Outfielder Jackie Bradley Jr. and infielder Matt Duffy have been informed that they’ll be on the Royals’ Opening Day roster, tweets Anne Rogers of MLB.com. Both were in camp as non-roster invitees, so they’ll need to be added to the 40-man roster. Designated hitter/outfielder Franmil Reyes, also in camp on an NRI, is “likely” to make the roster, Rogers continues, adding that outfielder Edward Olivares and utilityman Nate Eaton are both going to be on the Opening Day squad as well. Olivares and Eaton are already on the 40-man roster. The New York Post’s Jon Heyman first indicated over the weekend that Bradley was expected to make the roster.
Bradley, 33 in April, has long been considered among the best defensive outfielders in the sport, having collected a whopping 58 Outs Above Average since the start of the 2016 season, including a +3 mark in 2022. His history at the plate is far more complicated, however. From 2015-2020, Bradley oscillated between being a decently above average (118 wRC+ in 2016) and slightly below average (89 wRC+ in 2019) bat from year to year, ultimately posting a 102 wRC+ in 709 games over that six-year period.
Since then, however, Bradley has been nothing short of brutal at the plate: In 266 games in the past two seasons for the Brewers, Red Sox, and Blue Jays, Bradley has slashed just .182/.245/.285, good for a wRC+ of 46 that indicates Bradley was 54% worse than the average major-league hitter over that timeframe. Looking at the underlying metrics, it’s easy to see that Bradley’s struggles are borne of regression in virtually all aspects of his game since his days as an average bat with the Red Sox. Notably, his walk rate has dropped from 9.6% to 6.5% while his ISO has plummeted from a solid .191 down to just .103.
Even with his strikeout rate staying mostly stagnant (it ticked up slightly from 24.6% during the 2015-2020 season to 26.2% the past two years), that loss of power and declining ability to elicit free passes leaves Bradley highly unlikely to contribute meaningfully to the Royals with the bat in 2023. Still, with Drew Waters expected to open the season on the injured list and Michael A. Taylor getting shipped to the Twins in trade earlier this offseason, Bradley will provide the Royals with valuable depth in center field behind Kyle Isbel.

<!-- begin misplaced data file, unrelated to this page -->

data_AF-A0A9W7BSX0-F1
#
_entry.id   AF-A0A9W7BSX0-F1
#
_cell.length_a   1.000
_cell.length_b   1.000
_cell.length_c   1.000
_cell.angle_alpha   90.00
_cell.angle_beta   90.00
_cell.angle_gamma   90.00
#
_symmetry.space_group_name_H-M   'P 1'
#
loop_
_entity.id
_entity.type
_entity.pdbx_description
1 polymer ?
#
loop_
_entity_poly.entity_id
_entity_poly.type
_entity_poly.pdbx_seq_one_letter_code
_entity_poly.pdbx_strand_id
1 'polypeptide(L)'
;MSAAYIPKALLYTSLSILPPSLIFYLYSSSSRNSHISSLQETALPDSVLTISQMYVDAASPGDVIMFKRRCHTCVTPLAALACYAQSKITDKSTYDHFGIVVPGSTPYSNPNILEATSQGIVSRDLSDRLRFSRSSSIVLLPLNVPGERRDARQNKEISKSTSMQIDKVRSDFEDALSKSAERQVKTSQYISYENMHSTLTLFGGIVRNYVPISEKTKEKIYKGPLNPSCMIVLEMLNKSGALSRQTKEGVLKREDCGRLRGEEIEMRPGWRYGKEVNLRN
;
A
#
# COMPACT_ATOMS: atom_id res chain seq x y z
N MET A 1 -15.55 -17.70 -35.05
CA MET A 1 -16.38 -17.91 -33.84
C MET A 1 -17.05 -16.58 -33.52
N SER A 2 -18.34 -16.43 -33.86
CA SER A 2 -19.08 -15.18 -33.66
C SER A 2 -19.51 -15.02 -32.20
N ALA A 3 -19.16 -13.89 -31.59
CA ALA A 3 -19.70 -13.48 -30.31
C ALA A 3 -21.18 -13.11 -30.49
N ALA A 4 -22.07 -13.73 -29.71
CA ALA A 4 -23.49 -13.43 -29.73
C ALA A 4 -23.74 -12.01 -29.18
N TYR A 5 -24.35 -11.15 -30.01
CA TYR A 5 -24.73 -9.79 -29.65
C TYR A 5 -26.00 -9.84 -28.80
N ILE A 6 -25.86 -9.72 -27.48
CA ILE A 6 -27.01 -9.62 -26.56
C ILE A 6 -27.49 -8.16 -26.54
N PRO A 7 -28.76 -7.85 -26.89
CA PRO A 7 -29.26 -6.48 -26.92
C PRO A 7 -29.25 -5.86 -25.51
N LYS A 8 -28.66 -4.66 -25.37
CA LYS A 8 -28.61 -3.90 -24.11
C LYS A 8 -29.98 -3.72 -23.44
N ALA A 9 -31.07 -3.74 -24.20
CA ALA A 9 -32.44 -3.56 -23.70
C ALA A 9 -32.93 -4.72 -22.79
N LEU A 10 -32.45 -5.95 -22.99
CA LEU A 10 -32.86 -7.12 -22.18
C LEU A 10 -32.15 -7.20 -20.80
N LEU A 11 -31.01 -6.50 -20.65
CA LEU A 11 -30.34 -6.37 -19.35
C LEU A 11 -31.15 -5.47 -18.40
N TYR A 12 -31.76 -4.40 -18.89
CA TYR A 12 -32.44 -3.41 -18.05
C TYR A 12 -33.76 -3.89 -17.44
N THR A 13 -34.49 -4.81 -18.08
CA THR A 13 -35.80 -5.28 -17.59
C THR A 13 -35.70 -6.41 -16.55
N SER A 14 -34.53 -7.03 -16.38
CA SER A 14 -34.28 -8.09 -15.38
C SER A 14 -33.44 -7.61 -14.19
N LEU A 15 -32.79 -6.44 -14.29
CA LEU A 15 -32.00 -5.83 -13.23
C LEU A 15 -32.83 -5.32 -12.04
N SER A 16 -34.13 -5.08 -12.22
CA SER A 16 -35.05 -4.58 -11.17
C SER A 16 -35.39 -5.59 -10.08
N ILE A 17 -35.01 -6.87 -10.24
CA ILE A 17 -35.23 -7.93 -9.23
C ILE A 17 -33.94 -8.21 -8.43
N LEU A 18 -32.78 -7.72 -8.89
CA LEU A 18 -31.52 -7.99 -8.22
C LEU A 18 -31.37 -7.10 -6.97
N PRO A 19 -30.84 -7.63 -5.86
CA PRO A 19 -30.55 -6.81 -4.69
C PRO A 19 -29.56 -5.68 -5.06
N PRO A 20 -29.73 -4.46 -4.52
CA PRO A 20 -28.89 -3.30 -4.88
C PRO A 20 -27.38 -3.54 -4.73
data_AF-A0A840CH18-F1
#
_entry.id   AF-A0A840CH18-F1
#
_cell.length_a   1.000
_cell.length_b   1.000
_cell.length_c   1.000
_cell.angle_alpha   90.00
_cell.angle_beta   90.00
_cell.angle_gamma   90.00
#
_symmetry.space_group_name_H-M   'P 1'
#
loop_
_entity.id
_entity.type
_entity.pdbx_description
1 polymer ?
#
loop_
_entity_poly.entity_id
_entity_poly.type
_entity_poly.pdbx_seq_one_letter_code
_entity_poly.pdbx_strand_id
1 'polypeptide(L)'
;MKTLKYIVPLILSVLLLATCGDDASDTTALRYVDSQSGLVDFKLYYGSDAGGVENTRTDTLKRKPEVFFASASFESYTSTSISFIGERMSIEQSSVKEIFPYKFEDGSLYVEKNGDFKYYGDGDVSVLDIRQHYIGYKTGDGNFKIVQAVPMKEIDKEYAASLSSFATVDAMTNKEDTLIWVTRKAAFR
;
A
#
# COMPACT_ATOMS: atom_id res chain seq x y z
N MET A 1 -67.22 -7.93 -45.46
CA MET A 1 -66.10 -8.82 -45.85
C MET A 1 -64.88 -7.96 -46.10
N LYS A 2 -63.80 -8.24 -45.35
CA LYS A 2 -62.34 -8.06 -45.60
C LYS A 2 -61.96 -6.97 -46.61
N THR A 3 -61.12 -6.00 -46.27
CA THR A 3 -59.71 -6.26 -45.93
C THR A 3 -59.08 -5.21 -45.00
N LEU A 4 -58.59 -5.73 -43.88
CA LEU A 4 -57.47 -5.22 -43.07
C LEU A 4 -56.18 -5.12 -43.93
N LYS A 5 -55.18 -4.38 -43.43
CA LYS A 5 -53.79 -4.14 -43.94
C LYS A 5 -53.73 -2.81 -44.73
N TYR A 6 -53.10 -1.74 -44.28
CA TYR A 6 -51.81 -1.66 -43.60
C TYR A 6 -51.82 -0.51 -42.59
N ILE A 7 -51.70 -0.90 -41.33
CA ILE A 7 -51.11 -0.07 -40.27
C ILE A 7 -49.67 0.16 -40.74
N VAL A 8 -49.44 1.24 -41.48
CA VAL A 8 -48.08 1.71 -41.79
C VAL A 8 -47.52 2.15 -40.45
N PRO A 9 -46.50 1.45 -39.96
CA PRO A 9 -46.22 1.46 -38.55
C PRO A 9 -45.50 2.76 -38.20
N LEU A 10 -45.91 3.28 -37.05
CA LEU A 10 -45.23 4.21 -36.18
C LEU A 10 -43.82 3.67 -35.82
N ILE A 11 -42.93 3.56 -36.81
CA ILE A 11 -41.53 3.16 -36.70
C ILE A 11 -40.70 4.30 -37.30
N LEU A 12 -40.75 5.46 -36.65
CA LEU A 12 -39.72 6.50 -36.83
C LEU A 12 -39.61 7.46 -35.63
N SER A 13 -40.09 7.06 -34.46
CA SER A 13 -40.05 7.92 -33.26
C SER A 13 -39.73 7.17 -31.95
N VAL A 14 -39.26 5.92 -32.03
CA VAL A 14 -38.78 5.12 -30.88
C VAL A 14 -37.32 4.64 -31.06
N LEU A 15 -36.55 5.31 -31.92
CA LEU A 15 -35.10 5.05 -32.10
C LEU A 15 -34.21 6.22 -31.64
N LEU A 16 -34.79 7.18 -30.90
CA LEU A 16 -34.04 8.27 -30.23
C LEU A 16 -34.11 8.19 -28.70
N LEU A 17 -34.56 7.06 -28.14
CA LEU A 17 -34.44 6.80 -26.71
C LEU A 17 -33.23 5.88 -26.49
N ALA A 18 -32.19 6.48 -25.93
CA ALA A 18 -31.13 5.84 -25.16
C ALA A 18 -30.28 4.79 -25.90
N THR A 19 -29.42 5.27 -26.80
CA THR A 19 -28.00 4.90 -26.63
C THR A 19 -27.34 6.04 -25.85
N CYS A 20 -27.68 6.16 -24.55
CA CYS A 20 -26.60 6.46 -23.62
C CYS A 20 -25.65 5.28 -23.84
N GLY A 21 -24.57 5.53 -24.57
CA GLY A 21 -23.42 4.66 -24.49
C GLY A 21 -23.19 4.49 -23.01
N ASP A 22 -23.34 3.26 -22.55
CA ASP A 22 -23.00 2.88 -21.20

As for Duffy, he’ll give the Royals a veteran utility presence who can handle any of third base, shortstop and second base. The 32-year-old spent the 2022 season with the Angels, for whom he posted a .250/.308/.311 batting line in 247 plate appearances. Duffy’s right-handed bat could be a natural complement to left-handed-hitting second baseman Michael Massey, and his versatility provides some insurance in the event that Hunter Dozier’s struggles continue and/or Massey needs further seasoning in Triple-A Omaha.
Duffy once rated as a plus defender at the hot corner but has posted closer to average defensive grades around the infield in recent seasons. He’s never hit for much power, but the limited pop in his bat has dwindled as well. The diminished defensive ratings and power are perhaps partially due to foot and ankle injuries that have taken their toll on him over the years.
Reyes, 27, certainly isn’t lacking for power. He boasts a pair of 30-homer seasons and has clubbed 106 long balls in 2013 Major League plate appearances dating back to his 2018 debut with the Padres. However, strikeouts have become an increasingly problematic issue for the slugger, evidenced by last year’s career-worst 33.2% mark. If Reyes walked at the rate one might expect for someone with his prodigious power, the lack of contact might be more forgivable, but he drew a free pass in just 6.3% of his plate appearances between the Guardians and Cubs in 2022 — more than two percentage points worse than the league average. He also saw his power output curiously drop off, resulting in a career-worst .221/.273/.365 slash.
Assuming Reyes indeed makes the roster, he’ll likely be used as a designated hitter, a righty bat off the bench and perhaps an occasional option in the outfield corners, though he grades as a poor defender and the Royals have plenty of alternatives. Reyes, who hit .372/.438/.674 with three homers and four doubles in spring training, will need to keep up an above-average level of production as he hopes to fend off prospect Nick Pratto, who was optioned to Triple-A last week. Pratto and Vinnie Pasquantino give the Royals a pair of powerful first basemen, but to this point in their careers it’s Pasquantino who’s proven better equipped for big league pitching. Still, if Pratto’s raking in the minors and Reyes is again struggling, there’s room for both Pasquantino and Pratto to share time at first base and designated hitter over the long term.